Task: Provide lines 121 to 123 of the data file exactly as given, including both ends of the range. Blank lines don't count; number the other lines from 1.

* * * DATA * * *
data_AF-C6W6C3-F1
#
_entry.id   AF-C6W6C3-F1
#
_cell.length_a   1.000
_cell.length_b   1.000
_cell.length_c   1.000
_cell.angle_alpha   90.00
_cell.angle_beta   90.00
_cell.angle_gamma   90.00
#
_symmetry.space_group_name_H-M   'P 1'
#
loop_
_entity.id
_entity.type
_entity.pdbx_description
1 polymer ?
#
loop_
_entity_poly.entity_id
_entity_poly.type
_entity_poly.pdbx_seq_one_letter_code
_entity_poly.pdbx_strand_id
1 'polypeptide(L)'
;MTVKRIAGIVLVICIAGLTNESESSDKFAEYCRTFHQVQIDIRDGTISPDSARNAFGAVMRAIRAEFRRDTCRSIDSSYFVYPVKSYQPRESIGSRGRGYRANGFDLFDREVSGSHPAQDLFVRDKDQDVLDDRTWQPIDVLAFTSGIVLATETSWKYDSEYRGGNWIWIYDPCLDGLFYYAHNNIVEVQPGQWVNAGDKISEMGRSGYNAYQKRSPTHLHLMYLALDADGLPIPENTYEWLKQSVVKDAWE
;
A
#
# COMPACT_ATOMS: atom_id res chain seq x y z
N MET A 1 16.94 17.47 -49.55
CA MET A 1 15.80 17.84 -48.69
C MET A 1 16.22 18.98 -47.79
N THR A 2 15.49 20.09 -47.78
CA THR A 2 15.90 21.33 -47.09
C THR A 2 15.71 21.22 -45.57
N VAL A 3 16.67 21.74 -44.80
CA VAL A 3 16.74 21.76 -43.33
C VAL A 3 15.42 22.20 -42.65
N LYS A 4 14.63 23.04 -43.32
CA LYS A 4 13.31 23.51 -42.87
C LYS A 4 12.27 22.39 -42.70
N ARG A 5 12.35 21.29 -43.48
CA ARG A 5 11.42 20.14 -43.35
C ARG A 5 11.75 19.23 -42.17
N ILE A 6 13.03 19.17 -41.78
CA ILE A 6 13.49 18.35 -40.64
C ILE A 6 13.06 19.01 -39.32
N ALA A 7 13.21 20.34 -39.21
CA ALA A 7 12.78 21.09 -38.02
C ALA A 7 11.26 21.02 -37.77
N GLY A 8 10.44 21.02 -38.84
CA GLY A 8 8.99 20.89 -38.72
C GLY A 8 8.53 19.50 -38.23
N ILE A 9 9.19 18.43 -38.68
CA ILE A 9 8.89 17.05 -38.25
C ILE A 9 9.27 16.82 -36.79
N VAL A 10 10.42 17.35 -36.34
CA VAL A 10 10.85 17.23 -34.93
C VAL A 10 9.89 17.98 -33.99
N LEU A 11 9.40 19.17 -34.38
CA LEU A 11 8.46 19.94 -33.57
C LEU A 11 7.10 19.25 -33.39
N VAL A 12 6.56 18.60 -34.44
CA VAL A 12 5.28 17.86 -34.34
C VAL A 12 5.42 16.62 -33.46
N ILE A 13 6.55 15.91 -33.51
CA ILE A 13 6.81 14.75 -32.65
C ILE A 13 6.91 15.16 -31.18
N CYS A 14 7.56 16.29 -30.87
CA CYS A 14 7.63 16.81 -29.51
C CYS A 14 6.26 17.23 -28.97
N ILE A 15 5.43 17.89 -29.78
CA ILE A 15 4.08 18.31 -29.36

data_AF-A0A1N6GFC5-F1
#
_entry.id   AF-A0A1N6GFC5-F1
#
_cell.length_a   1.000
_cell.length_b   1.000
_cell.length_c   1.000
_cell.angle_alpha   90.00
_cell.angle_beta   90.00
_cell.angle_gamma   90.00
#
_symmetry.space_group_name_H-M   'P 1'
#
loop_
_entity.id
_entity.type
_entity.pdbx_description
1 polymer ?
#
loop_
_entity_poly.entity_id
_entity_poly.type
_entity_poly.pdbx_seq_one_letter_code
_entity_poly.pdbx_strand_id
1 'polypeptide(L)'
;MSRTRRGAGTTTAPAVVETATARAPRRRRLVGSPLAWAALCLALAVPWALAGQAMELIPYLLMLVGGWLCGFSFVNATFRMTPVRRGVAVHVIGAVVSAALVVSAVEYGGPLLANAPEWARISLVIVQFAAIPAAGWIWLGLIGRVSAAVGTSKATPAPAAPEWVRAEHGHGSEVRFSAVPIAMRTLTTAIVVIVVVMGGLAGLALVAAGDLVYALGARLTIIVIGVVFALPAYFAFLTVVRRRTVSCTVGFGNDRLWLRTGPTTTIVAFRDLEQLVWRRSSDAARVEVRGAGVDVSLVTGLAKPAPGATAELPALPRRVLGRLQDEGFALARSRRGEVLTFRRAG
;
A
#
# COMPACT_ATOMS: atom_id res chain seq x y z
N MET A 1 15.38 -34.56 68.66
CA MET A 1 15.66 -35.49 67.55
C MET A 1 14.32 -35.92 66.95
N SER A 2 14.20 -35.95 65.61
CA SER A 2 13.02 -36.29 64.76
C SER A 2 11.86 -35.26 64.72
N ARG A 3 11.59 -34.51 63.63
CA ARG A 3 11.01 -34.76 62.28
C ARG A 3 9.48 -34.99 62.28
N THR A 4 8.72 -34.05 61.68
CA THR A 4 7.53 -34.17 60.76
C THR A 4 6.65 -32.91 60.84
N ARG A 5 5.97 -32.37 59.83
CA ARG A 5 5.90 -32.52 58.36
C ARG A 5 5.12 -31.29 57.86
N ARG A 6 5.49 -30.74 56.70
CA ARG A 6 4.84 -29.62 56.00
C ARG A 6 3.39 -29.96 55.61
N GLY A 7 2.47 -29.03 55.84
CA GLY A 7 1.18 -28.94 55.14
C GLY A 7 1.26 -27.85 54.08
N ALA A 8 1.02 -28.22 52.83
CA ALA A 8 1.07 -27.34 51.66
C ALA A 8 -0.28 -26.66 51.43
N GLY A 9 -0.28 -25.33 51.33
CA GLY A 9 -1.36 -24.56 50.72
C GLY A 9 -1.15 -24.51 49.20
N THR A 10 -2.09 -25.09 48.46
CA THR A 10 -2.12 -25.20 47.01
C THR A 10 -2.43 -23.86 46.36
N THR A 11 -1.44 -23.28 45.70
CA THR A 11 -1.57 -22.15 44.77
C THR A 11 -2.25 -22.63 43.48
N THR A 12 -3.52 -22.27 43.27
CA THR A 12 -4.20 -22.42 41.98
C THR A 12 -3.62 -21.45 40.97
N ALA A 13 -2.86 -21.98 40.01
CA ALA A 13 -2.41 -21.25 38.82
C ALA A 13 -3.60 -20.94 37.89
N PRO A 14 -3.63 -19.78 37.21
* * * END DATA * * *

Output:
CA ARG A 6 4.84 -29.62 56.00
C ARG A 6 3.39 -29.96 55.61
N GLY A 7 2.47 -29.03 55.84